Facts not in Dispute
 An analysis of the evidence reveals that it is not disputed that sometime in the year 2000, Geest offered to sell the Property to the Deceased as part of a special offer to the occupiers of the lands at Roseau. The Deceased had been occupying the Property for a prolonged period. The offer was for payment of the value of the Property, said to be $1,330.00 plus survey fees of $150.00.  It is also not disputed that the Deceased made payments towards the Property during the period 2001 and 2010, the final payment being made in July 2010 and that the land had been paid for in full prior to his death in 2012.
Particulars of Fraud or Mistake
 The particulars of fraud or mistake pleaded in relation to Geest are as follows.
(a) knew of the death of the Deceased;
(b) had received prior to the date of his death the full agreed price of the Property;
(c) signed a deed of sale falsely asserting that the agreed price had been paid by the second to sixth defendants;
(d) purported to dispose of the Deceased’s equitable interest in the Property without the requisite LA having been produced;
(e) acted together with the second to sixth defendants to dishonestly or mistakenly deprive the Deceased’s estate of the Property.
 In relation to the second to sixth defendants, Mrs. Irving alleged the following particulars of fraud or mistake. That they:
(a) are the illegitimate children of the Deceased who sought to obtain the Property despite not being heirs to the Deceased;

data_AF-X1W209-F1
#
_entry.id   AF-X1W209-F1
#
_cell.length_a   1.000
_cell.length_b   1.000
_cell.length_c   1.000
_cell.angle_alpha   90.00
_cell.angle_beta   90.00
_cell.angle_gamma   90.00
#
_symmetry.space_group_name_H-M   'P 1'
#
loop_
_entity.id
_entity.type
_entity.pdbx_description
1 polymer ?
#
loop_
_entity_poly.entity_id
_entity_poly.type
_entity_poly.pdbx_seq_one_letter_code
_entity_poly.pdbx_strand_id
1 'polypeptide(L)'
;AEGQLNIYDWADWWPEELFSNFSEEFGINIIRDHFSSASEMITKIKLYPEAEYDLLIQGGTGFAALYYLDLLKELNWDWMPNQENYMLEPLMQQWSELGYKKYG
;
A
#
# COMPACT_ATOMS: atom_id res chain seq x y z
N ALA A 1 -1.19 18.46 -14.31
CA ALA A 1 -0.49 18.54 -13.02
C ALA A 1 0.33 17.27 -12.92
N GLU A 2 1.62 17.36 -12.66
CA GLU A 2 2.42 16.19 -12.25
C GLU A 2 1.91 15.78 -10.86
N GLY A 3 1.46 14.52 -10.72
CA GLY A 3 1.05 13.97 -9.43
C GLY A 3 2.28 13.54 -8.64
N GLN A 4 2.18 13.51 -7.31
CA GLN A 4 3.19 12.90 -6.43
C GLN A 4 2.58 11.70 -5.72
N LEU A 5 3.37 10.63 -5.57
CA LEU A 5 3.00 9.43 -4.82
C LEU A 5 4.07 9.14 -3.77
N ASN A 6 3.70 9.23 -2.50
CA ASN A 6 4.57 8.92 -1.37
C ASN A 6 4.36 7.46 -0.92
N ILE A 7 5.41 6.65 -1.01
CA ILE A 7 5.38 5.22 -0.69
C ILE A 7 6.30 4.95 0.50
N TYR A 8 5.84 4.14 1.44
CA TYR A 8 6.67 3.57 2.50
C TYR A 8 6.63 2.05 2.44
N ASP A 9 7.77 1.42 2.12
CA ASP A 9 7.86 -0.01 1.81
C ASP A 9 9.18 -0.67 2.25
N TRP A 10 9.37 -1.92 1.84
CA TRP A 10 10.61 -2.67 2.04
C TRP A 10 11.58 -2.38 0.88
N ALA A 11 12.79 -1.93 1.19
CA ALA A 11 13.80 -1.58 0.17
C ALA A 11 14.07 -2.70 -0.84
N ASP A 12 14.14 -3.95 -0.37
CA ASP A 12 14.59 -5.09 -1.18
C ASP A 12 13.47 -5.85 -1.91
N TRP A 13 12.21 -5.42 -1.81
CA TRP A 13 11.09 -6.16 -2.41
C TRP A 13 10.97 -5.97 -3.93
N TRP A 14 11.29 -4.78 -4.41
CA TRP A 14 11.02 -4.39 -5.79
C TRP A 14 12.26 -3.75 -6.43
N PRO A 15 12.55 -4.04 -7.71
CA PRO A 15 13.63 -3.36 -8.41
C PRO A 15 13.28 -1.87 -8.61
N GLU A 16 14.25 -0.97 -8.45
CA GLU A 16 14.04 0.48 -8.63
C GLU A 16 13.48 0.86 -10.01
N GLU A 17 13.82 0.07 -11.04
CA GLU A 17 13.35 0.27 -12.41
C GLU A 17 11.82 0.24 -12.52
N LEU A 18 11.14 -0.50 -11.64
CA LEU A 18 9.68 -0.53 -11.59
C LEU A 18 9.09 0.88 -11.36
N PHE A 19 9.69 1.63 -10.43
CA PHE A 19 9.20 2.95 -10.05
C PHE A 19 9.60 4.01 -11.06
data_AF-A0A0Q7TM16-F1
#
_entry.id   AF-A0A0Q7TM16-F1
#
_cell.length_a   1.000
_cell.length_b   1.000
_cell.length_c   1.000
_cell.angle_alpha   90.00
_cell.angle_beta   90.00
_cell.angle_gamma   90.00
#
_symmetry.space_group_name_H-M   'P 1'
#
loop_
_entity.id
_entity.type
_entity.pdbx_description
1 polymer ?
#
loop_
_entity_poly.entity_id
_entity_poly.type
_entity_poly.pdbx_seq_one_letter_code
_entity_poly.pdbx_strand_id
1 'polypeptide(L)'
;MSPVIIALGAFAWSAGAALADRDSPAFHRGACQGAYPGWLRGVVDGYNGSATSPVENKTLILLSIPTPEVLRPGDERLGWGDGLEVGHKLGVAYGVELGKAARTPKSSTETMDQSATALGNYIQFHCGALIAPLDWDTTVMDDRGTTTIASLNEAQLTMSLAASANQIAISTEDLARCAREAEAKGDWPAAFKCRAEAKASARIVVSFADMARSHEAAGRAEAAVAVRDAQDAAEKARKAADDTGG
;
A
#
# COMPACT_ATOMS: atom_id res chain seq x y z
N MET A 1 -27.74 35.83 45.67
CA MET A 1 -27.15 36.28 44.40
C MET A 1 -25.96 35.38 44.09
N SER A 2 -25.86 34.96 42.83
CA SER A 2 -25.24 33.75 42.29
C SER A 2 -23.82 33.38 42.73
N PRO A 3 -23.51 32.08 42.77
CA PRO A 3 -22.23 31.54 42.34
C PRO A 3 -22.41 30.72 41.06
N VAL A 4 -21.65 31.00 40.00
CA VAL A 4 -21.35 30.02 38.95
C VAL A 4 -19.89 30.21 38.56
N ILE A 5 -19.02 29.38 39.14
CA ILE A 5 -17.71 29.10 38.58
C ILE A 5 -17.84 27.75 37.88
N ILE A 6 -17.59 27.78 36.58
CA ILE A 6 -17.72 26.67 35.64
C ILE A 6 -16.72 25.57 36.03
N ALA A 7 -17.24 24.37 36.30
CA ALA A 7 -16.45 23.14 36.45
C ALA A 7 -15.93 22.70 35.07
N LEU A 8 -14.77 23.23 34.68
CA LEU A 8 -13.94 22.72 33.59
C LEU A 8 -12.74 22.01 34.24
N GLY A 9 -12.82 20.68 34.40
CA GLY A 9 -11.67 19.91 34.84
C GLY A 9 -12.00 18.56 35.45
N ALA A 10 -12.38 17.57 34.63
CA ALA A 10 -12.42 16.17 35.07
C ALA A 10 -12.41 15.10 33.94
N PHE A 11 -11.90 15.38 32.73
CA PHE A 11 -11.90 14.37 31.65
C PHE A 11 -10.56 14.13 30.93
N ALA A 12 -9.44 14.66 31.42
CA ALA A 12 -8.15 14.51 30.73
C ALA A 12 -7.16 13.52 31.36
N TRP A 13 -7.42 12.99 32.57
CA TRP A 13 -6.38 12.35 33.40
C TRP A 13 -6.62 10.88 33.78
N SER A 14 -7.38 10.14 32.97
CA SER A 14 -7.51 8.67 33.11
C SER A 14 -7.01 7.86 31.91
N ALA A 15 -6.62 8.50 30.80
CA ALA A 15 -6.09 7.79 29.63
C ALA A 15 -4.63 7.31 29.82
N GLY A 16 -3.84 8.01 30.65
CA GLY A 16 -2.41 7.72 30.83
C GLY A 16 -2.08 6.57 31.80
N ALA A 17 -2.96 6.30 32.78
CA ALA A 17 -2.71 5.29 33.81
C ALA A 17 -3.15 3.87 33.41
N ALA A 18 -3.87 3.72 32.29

(b) knew that the Deceased had paid the price for the Property;
(c) knew that the Property belonged to the estate of the Deceased and could not validly be sold to them after his death without the intervention of his Administrator;
(d) knew that Geest was holding the Property on trust for the Deceased and they were not entitled to the Property;
(e) acquired the Property by relying on the sum of money already paid by the Deceased, the benefit of which they were not entitled to;
(f) knew that following the death of the Deceased, his rights, title or interest in any property could not be interfered without the grant of LA;
(g) knew that they were not entitled to acquire the benefit of the price already paid by the Deceased in respect of the Property and they could not have validly purchased the Property, having notice of the Deceased or his estate.
 Was there a mistake in the registration process? The Act does not define ‘mistake’ and it is an area which is evolving and there is much academic discussion in the UK as to what is contemplated by the term ‘mistake’. In Sylvina Louison, the court spoke of the term which had been coined by the judges-‘mistake in the registration process’ and indicated that this is a judge-made and not a statutory term. They highlighted that the scope of what is a mistake in the registration process must depend on a careful evaluation of the facts of the particular case.
 In the instant case, the mistake being alleged is that the defendants knew that no monies were paid by the second to sixth defendants and that they were not entitled as heirs of the Deceased and yet executed a deed of sale which stated that they had paid monies to the first defendant when they had not. The question is whether this is the kind of mistake contemplated by section 98 of the LRA. I am of the opinion that it does not. The evidence does not reveal any mistake in the registration process. The evidence reveals that Geest executed a deed of sale in favour of the second to sixth defendants on the basis that they were the Deceased’s children. Geest was clearly wrong to have simply just accepted this without more but there is no evidence that the second to sixth defendants knew that they were not entitled to the Property as the Deceased’s children.